Prices were mixed with a firm tone yesterday, but market players were cautious ahead of Friday's producer price report.
Municipals opened higher in spots, thanks to modest gains in the Treasury market. Government prices opened higher because of lower gold prices and the expectation of lower oil prices due to possible production increases by the Organization Petroleum Exporting Countries.
Secondary traders reported an active morning session, centered around several sizable bid-wanted lists.
Market players were cautious overall, but the tone remained firm throughout the session. Many pre-refunded bonds were said to be sold to permanent investors, although action tapered off by midsession.
By session's end, prices were quoted unchanged, but some bonds made gains of 1/8 to 1/4 point.
In the debt futures market, the September municipal contract settled Up 6/32, to 100.05. The September MOB spread widened to negative 337 from negative 329 Friday as the government contract surged ahead of municipals.
Despite the lack of new deals, market players did see plenty of follow-through business as last week's new issues hit the secondary market.
For example, Goldman, Sachs & Co. freed $744 million New York State Dormitory Authority City University consolidated and second general resolution revenue and refunding bonds to trade.
The offering was last week's largest deal and bonds traded yesterday. The Series B 5 3/4s of 2013 were quoted late in the day at 6.04% bid, 6.03% offered. They were originally priced to yield 6.05%.
The First Boston Corp. freed $713 million Puerto Rico Public Buildings Authority revenue refunding bonds from syndicate restrictions.
The bonds were quoted late in the session at 5.85% bid, less 3/8, but broke down 1/2, but posted a marginal improvement by session's end. The bonds were originally priced to yield 5.85%.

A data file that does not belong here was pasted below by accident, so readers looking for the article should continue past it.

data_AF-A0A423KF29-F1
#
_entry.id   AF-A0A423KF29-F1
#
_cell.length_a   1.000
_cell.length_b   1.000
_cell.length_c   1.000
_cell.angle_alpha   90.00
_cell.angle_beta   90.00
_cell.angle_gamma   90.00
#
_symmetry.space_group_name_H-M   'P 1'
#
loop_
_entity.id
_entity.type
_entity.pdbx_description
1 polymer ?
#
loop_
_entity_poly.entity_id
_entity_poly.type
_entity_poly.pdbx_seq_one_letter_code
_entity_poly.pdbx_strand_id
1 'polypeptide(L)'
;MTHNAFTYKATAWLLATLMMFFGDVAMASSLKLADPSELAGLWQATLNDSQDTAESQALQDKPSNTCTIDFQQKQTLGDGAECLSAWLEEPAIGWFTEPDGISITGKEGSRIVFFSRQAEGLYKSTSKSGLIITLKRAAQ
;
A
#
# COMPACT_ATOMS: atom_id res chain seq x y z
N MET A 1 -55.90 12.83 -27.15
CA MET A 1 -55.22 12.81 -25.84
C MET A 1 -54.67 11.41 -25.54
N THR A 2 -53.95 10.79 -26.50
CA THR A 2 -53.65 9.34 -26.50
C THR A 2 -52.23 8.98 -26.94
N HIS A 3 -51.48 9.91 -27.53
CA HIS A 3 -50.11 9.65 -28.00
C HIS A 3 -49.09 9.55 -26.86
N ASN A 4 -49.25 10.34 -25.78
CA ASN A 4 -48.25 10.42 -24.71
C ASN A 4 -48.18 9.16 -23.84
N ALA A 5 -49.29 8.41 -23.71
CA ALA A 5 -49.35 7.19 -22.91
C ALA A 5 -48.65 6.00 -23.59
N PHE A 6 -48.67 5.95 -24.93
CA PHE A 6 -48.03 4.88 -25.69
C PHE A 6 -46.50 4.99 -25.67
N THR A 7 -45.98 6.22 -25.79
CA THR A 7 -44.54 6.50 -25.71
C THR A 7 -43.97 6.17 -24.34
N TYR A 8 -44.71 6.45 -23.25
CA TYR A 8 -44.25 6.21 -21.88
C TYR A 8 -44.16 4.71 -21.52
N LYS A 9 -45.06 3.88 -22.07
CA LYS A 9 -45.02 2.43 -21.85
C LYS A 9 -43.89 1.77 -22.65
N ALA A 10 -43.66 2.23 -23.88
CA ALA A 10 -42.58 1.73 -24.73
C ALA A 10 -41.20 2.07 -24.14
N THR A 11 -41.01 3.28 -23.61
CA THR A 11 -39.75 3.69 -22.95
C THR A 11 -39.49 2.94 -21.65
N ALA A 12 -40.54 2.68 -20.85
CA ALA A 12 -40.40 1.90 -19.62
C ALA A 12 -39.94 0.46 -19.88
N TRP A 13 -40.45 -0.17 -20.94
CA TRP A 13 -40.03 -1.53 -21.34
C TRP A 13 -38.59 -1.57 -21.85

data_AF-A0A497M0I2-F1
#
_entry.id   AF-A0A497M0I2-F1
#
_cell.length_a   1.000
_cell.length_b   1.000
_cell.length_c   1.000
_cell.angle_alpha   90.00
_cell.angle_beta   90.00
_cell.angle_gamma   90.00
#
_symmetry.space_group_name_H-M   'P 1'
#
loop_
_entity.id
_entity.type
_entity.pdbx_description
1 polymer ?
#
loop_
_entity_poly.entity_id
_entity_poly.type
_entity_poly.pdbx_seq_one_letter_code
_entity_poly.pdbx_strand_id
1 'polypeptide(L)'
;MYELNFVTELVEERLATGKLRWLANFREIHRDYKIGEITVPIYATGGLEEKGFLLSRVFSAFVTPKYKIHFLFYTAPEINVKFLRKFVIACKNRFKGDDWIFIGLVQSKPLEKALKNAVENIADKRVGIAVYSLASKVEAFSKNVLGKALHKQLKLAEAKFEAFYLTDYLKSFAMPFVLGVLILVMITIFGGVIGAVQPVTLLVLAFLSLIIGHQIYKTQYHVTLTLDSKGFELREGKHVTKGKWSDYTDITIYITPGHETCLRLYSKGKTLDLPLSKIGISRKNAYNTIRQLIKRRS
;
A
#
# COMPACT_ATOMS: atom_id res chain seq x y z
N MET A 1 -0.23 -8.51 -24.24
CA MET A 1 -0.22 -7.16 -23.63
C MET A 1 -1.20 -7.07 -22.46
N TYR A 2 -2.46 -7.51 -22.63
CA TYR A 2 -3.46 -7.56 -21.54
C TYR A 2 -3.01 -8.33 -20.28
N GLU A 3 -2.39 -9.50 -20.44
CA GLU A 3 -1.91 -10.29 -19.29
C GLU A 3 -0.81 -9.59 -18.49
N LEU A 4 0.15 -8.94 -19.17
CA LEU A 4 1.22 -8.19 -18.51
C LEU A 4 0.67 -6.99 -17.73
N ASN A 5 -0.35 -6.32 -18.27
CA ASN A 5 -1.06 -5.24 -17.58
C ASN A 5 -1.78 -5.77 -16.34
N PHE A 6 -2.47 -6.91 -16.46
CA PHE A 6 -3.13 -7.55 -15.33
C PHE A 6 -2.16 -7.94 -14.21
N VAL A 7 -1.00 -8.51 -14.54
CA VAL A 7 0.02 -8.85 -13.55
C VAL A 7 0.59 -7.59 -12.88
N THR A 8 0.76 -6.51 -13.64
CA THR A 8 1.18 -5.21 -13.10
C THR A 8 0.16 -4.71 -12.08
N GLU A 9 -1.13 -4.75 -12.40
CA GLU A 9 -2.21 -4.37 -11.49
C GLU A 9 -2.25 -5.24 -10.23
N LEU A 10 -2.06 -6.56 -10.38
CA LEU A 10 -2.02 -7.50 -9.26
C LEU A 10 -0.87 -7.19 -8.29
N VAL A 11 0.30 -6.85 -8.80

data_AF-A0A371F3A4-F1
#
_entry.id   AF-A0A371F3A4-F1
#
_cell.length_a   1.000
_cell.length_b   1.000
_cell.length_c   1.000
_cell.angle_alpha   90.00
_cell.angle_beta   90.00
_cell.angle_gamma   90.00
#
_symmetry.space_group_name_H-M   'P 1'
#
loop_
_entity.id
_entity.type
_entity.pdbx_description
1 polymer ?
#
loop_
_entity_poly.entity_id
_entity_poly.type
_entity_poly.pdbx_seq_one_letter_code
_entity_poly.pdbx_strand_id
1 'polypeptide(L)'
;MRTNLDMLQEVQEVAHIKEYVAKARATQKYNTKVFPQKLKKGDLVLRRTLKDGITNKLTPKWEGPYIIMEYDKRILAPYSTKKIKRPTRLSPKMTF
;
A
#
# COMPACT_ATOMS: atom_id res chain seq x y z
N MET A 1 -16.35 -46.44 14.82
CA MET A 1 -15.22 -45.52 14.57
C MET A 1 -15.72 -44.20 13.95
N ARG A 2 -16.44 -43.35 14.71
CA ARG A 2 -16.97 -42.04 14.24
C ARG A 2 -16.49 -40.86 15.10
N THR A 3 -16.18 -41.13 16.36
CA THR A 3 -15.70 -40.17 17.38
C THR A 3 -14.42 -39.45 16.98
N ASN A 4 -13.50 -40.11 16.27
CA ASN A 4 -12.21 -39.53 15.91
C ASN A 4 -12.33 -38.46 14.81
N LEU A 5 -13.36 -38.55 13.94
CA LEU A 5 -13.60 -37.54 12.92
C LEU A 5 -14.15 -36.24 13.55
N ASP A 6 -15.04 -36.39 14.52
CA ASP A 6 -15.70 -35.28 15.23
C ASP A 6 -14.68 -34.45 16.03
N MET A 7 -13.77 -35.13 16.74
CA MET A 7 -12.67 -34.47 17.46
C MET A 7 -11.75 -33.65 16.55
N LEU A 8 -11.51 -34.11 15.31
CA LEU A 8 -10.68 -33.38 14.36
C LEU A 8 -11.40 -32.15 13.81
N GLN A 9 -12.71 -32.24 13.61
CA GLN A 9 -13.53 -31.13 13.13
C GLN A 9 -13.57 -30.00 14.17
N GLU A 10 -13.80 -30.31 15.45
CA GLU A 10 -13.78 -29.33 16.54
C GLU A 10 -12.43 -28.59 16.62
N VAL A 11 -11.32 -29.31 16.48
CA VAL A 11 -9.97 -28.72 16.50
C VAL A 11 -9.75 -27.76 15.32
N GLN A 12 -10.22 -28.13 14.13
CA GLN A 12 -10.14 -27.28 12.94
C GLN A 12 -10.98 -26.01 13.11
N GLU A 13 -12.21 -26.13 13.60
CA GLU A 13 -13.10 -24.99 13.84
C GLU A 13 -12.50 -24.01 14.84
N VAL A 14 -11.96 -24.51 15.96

Goldman, Sachs & Co. freed $346 million District of Columbia general obligation refunding bonds from syndicate restrictions.
Traders said there was no active trading.
Merrill Lynch & Co. freed $256 million Seattle, Wash., water system and refunding revenue bonds to trade.
The 5 1/4s of 2023 were quoted at 5.83% bid, 5.81% offered, where they were originally offered to Investors at 5.82%.
Smith Barney, Harris Upham & Co. freed $137 million Allegheny County, Pa., airport revenue bonds for the Pittsburgh International Airport from syndicate restrictions.
The Financial Security Assurance 5 5/8s of 2016 were quoted at 95 1/2-96 to yield 5.98% in active trading. The bonds were originally priced at 5.97%.
Looking ahead, market players said tax-exempts are likely to be range bound until Friday's producer price report, followed by next Tuesday's consumer price index report.
A jump in inflation could prompt the Federal Reserve Board to tighten monetary policy, the possibility of which has dogged the credit markets over the last week.
Also prompting caution was the imminent outcome of the national budget process, which hangs over the market's head.
Long-term interest rates will climb by as much as 100 basis points if Congress falls to enact President Clinton's deficit reduction plan, according to a Treasury study released over the weekend.
But a chorus of voices from the Street urged investors to play their hands now, although with prudence.
"If we can get through the release of PPI and CPI, we'll have a very nice rally in the markets." said James L. Kochan, head of fixed-income research at Robert W. Baird & Co. "The current concerns will be left behind, and we should see the Treasury long bond down to 6 3/4% and lower.
"Those of us waiting for further weakness before buying will be frustrated," Kochan said.
Market players expected demand to increase because of upcoming bond calls and redemptions.
Some observers say July 1 may be the largest municipal bond redemption date yet.
Estimates of the total amount municipals to be retired, either by car or maturity, range up to $15 billion, according to a recent market newsletter by Gabriele, Hueglin & Cashman.